Putting A Face On Business Opportunities

Let’s face it – we live in #SelfieNation. Photos of who we are, are all over the web. We now want to know who we are talking to, listening to, working with when we communicate online. How can it be any different when it comes to doing business?

Photo by: Jaclyn Noelle Photography

 

I am a Client Success Director and my role is Sales and Business Development. I spend my work days meeting and emailing clients and prospects. For me, the face-to-face is always the goal and whether I do that in person or online, I want to connect with my audience. As an avid networker, I began noticing that many people now have their photograph on their business card and recently, I added mine to my email signature. When I did, I found it made an immediate difference in how people responded to me and subsequently greeted me when I finally did get the face-to-face meeting.

I’m a believer in that a photograph conveys your personal brand. Just think about LinkedIn. It changed everything when it made it possible to put a face with a name, a title and a company. I venture to say it is probably the first thing you look at when you search for someone on the platform – and isn’t it a bit of a downer when the person has opted to not include a photograph? The photo is your first impression. It can help make your case or lose it depending on the photo you select.

I found some great tips for using a photo in business – whether it be for your LinkedIn profile, a business card or for an email signature.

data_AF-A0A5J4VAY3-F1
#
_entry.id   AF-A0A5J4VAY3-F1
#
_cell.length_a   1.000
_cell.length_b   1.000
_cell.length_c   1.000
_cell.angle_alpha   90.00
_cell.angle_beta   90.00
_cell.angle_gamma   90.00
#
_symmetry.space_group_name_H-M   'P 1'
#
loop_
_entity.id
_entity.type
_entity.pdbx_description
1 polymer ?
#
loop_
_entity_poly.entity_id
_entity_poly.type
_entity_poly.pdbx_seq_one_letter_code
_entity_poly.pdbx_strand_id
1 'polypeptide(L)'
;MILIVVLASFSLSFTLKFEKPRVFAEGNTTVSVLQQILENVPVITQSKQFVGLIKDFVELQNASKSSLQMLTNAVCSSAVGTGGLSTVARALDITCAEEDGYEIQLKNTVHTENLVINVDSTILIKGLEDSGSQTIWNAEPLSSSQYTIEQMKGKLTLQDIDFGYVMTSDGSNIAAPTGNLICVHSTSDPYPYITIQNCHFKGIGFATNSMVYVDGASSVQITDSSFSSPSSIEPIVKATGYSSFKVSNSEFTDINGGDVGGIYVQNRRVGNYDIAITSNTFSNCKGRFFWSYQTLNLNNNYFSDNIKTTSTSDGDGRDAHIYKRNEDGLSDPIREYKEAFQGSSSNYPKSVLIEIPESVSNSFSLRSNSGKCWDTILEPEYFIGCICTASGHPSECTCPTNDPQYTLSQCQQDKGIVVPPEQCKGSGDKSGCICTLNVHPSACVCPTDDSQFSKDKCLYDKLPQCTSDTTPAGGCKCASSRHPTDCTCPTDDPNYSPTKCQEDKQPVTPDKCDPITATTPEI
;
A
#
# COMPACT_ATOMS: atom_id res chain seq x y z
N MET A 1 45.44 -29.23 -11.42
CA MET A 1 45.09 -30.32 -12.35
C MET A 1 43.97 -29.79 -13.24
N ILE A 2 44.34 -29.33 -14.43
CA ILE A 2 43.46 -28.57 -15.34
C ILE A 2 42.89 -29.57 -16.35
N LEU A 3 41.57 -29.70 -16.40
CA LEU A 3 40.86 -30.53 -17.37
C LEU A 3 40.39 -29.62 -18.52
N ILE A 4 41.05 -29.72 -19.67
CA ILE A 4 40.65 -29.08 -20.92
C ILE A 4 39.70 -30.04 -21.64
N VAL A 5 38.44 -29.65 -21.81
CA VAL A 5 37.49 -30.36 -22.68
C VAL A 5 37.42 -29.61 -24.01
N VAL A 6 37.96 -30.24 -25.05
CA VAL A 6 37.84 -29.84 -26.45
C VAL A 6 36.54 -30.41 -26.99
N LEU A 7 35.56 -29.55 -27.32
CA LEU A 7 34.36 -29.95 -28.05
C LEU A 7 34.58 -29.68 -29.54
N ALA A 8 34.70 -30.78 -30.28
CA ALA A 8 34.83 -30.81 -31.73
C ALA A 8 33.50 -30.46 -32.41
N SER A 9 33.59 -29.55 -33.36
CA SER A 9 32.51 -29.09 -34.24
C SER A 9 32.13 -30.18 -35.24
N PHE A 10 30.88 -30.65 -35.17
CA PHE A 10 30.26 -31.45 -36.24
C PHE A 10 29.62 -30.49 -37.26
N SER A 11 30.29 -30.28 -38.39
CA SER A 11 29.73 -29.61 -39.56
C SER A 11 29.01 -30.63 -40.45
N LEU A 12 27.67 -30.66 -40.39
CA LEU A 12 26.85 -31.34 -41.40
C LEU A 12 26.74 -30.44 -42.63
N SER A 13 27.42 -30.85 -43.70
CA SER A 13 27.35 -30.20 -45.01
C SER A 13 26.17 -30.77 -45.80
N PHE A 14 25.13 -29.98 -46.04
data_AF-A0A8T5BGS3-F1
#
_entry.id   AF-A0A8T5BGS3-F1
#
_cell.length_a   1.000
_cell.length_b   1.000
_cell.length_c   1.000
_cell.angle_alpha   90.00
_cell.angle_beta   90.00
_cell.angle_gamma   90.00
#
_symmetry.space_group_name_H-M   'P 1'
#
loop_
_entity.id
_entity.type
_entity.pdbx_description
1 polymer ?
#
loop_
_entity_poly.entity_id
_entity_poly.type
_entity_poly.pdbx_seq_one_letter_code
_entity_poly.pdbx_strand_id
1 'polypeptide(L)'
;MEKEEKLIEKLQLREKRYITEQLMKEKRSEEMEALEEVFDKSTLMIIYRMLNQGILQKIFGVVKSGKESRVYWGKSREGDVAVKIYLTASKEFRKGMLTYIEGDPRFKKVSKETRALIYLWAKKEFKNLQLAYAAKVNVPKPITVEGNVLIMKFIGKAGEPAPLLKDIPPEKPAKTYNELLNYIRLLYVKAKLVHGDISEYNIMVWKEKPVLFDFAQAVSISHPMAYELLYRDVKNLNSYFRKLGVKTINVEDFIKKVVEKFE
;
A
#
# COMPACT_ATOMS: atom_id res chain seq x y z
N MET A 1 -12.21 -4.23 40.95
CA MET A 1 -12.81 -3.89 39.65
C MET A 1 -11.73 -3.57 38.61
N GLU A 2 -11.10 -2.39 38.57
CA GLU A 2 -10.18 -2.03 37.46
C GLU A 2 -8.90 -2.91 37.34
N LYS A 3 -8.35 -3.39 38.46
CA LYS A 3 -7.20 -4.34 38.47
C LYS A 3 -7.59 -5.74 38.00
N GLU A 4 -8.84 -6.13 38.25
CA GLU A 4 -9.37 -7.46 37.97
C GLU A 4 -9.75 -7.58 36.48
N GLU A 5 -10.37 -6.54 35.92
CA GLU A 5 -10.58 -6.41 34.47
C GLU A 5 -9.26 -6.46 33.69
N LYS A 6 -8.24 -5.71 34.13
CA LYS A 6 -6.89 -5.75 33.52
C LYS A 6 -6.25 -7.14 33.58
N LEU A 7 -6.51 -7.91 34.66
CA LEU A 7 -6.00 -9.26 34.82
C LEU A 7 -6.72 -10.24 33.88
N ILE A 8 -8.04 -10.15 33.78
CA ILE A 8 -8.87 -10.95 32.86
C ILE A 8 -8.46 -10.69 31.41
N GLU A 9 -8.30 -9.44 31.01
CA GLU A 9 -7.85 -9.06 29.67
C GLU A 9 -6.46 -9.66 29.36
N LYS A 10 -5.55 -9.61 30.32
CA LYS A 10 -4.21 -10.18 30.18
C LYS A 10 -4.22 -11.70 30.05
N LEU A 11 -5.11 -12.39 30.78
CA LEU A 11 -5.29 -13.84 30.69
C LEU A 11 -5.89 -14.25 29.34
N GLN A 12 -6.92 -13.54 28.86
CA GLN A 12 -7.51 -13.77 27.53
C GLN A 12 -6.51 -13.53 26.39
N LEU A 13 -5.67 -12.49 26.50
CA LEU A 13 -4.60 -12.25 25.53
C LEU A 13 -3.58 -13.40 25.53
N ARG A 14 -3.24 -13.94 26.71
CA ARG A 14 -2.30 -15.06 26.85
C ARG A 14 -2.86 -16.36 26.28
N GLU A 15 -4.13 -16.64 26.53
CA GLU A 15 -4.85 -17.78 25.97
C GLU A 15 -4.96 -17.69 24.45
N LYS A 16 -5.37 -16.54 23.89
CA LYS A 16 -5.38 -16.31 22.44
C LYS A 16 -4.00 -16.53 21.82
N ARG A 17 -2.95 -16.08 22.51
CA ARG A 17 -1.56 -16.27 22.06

If you can afford it, spend the money and go to a pro.
The right lighting, angle really does make a difference. Nothing is worse than having that friend’s ear cropped next to you or someone’s unknown hand on your shoulder. Sure it’s a photo you like of yourself, but look at it from a stranger’s perspective.

Choose a photo that fills the frame
Crop the photo from just below your shoulders to just above your head.

The background will set a tone as will your expression.
Dark or light backgrounds can convey different moods as can a smile or a serious expression. Think about your audience and what will make the best impression.

Be dressed for your audience.
Look as professional as possible, but still be you. What are you likely to wear the first time you meet someone in your target audience? Don’t forget to smile!!

If you don’t go to a pro, avoid the selfie.
If you won’t spend the money for a professional headshot, have a friend with a good eye take it. That selfie angle with the arm extended rarely is a good business look.  For my professional photo, I used Jaclyn Noelle Photography in Northport, NY  631.72.8580

PhotoFeeler is a handy little tool that lets you get feedback on your profile photo via feedback from actual people who vote on it. The results measure perceived competence, likability and influence.

The motivational speaker Jay Danzie may have said it best with this quote, “Your smile is your logo, your personality is your business card, how you leave others feeling after having an experience with you becomes your trademark.”

Feel free to email or connect with me, especially if you are seeking to hire quality workforce talent – that’s my business!

 

 

 

 

 

 

 

 

EDITOR’S NOTE:
Jennifer Tripodi recently celebrate her first work anniversary with LLoyd Staffing.  She is an experienced business professional with a unique combination of client service and recruitment expertise.  At LLoyd, Jennifer is charged with overseeing client satisfaction, new account development and helping her clients devise strong operational efficiencies. She works toward building and leading strategic customer-focused programs that will have a positive impact on her client’s overall workforce ROI. An avid networker and corporate citizen, she participates in business organizations and charitable activities such as SHRM, ATDli, the JDRF One Walk (for Type 1 Diabetes), and the Marcum Workplace Challenge. Jennifer considers strong customer relations and responsive service among her greatest strengths.

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